• Use the right thumb to plug your right nostril. Use your right index and middle fingers to reach between the eyebrows.
  • Close your eyes. With your mouth closed, inhale completely through the left nostril.
  • Pause briefly then exhale completely through the left nostril.

* Perform for 10-15 minutes.

So Hum “I am” Breath:

  • Inhale through your nose, filling your lungs to full capacity.
  • Hold the breath for 3 seconds, then slowly exhale through your mouth.

Repeat this exercise 16 times.

Another variation of this is to exhale longer than the inhale so promote the parasympathetic, relaxed state and to help you calm down.

Meditation

Meditation is effective for all doshas and helps to set the mind, body, and spirit in a calm and relaxed state. Any form of meditation can be practiced. The simplest one is breath awareness meditation, where one focuses on his or her inhale and exhale without letting the mind wander towards the thoughts that may arise. Focusing on the breath, instead of the day’s events or concerns will help you fall to slumber.

Journaling

Journaling can be effective for those who tend to be vata and Pitta dominant with many things on their mind, or for those who need to help clear the clutter in the mind.

Yoga

Incorporate gentle restorative yoga poses. The moon salutation is a routine that promotes relaxation and calms the mind, body, and soul.

Supplements for Additional Sleep Support:

  • Melatonin: As mentioned above, melatonin puts the body into the sleep state. Although it is naturally produced in the body, supplementing may help bring altered levels and help regulate the sleep cycle. This is especially useful to those who travel or are jetlagged. A typical starting dose is 1-5mg 30 minutes to 1 hour before bed. Be cautious about morning grogginess.
  • L-theanine: Found in tea, this amino acid influences a number of different neurotransmitters in the body. It increases the relaxed alpha brain wave activity and reduces anxiety levels to help promote sleep.

Herbs for Additional Sleep Support:

  • Ashwagandha, or Withania somnifera, has a longstanding reputation in Ayurveda as a rejuvenative and adaptogenic herb that serves many functions in the body. Studies have further validated its use in reducing anxiety, reducing insomnia, and promoting calmness and relaxation while supporting healthy cortisol levels. This plant can be best consumed via capsule form for adequate dosage. A standardized extract of 500 mg can be taken before bed time.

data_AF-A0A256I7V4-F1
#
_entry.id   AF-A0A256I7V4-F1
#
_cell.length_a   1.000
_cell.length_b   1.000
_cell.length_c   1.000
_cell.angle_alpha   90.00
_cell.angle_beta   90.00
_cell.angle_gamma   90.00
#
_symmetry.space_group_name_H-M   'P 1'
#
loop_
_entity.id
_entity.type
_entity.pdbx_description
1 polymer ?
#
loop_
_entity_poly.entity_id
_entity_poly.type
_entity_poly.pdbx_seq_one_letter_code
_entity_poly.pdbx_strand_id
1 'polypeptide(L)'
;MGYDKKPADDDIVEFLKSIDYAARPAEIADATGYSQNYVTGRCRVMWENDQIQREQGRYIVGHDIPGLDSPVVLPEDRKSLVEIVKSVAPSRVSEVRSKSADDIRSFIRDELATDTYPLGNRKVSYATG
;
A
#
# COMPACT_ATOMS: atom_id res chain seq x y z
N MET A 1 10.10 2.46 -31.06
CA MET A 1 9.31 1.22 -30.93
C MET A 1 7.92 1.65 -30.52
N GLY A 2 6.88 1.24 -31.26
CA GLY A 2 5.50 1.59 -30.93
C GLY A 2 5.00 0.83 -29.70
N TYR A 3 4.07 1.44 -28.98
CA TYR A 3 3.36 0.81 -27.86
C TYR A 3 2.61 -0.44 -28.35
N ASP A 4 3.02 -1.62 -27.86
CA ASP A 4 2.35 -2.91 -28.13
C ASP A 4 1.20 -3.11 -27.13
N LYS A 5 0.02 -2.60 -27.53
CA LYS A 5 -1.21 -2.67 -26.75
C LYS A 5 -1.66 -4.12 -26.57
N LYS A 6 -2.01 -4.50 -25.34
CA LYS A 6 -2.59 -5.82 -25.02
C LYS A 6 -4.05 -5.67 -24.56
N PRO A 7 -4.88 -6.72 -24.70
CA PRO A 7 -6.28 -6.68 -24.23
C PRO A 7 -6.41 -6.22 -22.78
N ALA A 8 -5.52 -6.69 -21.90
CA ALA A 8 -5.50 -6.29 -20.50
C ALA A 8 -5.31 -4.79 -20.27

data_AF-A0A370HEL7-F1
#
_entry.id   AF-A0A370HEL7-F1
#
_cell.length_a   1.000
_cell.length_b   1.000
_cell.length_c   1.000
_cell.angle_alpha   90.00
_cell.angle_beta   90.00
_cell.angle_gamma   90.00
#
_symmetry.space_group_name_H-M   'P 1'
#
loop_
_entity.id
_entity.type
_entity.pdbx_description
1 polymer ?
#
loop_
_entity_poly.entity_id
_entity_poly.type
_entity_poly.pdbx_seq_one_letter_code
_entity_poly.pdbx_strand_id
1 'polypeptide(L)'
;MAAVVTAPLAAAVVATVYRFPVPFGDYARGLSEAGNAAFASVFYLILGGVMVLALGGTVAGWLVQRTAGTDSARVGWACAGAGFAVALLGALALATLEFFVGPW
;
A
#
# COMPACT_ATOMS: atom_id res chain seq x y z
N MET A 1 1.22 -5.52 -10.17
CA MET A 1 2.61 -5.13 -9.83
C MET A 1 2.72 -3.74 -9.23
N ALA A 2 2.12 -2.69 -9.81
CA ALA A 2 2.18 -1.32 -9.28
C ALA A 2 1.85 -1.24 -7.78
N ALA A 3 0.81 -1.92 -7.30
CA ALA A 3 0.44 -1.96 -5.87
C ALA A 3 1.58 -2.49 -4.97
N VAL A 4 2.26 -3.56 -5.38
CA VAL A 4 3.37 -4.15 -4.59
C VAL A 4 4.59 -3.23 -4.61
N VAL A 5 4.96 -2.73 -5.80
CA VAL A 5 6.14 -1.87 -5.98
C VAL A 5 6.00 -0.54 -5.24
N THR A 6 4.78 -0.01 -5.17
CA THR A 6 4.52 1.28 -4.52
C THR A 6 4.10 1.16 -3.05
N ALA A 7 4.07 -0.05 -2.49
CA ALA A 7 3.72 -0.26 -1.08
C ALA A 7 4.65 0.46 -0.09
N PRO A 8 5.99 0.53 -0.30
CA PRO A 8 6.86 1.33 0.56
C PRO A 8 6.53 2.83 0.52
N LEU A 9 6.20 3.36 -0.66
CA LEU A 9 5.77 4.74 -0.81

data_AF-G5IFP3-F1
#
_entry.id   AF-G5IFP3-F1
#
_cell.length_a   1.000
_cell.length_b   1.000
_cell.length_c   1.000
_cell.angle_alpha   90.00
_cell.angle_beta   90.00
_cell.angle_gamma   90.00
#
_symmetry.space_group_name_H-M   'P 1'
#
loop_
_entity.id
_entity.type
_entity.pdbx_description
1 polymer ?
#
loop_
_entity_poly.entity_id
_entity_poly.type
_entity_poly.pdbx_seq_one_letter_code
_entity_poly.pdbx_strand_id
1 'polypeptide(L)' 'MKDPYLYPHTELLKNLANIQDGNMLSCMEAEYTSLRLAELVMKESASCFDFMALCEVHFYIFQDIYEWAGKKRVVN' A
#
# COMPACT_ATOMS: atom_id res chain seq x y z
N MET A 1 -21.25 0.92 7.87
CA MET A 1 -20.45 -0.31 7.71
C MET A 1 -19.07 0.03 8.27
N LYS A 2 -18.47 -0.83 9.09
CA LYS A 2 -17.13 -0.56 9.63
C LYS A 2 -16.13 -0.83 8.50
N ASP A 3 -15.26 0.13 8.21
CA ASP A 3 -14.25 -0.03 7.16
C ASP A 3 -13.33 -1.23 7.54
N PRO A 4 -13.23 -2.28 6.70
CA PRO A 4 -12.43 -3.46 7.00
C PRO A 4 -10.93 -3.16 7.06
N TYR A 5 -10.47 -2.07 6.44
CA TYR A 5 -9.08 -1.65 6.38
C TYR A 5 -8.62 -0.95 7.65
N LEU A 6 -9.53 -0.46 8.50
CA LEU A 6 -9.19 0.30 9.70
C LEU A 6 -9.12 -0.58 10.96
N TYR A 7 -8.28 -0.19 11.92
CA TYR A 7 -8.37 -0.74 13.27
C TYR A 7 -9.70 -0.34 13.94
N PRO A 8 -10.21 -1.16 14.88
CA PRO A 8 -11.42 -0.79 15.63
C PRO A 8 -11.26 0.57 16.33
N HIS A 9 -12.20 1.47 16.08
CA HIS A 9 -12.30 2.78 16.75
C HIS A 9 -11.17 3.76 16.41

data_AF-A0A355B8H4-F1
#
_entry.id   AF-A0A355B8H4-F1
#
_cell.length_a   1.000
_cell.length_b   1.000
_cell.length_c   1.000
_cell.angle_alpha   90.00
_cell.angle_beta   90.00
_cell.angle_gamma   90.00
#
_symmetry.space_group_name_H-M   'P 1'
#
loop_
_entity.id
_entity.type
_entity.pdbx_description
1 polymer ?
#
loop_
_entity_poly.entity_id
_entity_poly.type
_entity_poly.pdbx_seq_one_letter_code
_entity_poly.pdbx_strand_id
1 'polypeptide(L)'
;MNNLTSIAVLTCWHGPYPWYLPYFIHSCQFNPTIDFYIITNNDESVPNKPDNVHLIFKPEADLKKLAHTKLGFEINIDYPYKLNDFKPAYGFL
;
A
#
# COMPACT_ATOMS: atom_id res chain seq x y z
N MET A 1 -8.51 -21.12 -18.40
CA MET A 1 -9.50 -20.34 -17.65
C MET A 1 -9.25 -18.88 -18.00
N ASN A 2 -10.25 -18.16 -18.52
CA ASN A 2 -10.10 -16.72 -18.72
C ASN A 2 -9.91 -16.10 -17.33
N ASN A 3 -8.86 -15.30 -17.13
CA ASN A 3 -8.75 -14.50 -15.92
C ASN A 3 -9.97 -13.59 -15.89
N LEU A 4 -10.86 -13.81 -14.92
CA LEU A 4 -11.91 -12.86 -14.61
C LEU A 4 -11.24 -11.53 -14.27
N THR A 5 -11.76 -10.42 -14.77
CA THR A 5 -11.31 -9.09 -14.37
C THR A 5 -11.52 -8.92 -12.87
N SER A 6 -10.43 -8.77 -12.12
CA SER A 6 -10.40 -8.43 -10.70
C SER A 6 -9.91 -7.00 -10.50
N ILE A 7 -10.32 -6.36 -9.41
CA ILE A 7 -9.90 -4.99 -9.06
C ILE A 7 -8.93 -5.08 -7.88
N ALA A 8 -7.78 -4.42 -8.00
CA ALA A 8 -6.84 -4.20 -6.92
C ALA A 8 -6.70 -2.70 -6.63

• Lavender, or Lavandula angustifolia/officinalis, is a popular herb due its aromatic nature and purple flowers. This lovely plant has anti-anxiety and stress reducing properties. Studies have confirmed it to be as effective as valium for reducing anxiety and promoting calmness. It has been used at bedtime to promote calmness and rest. Often, the oil is used in baths before bed or massaged on the body, while some take it as a tea before bed.
  • Nutmeg, or Myrstica fragrans, is also known in India as Jaiphal. It is a common spice that is used most often during the fall and winter months. However, when consumed, it actually has a mild sedative effect, and promotes sleep, sleep depth and sleep quality while inducing relaxation and calmness. This spice can be combined in milk, taken as a tea, or mixed with honey 30 minutes to 1 hour before bed.
  • Chamomile, or Matricaria recutita, has been well studied and promoted for its calming and anxiety reducing effects for many years now. Many consume this as a tea, balm to massage on the body, or tincture solution.
  • Valerian is well-known mainly for its mild sedative effect to promote a deep sleep state and promote calmness. This root can be taken as a capsule or tincture solution about an hour before bed.
  • Lemon balm, or Melissa officinalis, has been used in folk medicine for supporting mood and relaxation. Studies have shown that lemon balm indirectly promotes sleep by promoting a healthy mood and relaxation. With its citrus-type smell, people often enjoy it as a tea or oil to massage the body.
  • Passion flower, or Passiflora incarnata, has been regarded for anti-anxiety and sleeplessness. Although, one should be cautious if taking MAOI antidepressants, as it may amplify sedative effects. Interestingly, this flower contains natural GABA, which is a neurotransmitter that promotes relaxation of the nerves and supports muscles. It is often consumed as a tea, capsule, or tincture.
  • Kava Kava, or Piper methysticum, has long been revered for its anxiety reducing properties, and thus enabling a state of relaxation and sleep. This herb has been compared to Valium in promoting calmness. Many consume this as a tea, pill/capsule, or tincture solution.

* Please consult with your physician before initiating the use of any herbal or supplement products.

Conclusion

Sleep is the state when both the mind and body is at rest. By emphasizing an appropriate routine and timings of the day’s natural cycle, we can promote the sleep state, and, in turn, promote health.

In continuing the “Circle of Health,” our next topic will discuss Ayurvedic massages, or Abhyanga, for different body types and diseases.